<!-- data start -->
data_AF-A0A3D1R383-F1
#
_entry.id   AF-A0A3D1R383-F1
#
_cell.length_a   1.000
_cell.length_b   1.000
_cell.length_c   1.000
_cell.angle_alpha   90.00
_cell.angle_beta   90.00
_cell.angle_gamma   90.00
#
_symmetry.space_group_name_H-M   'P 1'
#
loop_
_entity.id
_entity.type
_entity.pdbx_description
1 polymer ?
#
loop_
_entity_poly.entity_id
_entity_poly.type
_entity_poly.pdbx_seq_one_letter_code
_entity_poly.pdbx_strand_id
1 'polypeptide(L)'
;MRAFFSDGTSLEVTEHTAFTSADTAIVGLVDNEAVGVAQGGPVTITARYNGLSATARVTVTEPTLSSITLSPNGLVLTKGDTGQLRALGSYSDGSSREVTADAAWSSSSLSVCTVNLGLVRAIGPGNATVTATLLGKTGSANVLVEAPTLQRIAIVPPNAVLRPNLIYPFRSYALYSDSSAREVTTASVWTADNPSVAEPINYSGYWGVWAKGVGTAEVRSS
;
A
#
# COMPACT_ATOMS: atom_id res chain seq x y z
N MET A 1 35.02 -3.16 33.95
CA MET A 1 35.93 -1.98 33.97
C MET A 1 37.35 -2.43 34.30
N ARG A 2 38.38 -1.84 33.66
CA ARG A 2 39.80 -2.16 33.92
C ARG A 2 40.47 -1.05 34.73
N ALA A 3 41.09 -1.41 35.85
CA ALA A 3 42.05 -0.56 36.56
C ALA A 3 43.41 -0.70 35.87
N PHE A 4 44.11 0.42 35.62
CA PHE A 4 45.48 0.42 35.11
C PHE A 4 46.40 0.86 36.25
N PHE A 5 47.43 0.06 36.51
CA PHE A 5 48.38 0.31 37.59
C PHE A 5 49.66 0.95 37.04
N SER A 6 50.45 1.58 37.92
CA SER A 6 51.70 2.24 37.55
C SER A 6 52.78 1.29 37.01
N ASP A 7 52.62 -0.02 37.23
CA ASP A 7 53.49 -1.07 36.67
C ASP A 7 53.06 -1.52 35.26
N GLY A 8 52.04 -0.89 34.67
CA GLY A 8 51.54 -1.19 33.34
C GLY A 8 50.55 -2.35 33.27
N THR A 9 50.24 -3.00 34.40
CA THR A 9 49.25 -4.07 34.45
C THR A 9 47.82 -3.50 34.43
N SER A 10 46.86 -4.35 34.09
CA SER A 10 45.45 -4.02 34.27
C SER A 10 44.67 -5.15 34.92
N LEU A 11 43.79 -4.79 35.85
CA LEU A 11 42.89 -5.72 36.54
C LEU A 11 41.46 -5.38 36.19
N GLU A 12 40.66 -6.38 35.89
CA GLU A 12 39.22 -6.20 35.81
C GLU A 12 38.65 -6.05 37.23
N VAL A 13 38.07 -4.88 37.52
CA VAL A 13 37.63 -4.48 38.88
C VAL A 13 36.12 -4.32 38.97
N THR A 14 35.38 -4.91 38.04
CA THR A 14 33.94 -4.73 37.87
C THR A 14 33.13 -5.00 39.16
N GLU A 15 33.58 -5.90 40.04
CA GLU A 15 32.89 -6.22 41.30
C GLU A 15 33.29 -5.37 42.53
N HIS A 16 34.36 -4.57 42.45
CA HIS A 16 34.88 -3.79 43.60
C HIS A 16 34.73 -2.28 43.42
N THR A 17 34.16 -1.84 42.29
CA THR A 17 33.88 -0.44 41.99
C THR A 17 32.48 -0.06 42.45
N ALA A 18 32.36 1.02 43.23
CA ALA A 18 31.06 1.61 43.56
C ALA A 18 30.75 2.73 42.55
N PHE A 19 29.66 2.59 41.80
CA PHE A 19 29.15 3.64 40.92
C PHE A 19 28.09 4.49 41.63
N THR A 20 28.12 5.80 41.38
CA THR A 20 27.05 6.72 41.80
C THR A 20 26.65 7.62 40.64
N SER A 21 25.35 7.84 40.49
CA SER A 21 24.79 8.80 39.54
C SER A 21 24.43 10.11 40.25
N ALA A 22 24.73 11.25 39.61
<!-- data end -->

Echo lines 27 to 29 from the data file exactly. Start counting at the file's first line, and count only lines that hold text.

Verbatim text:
;
A
#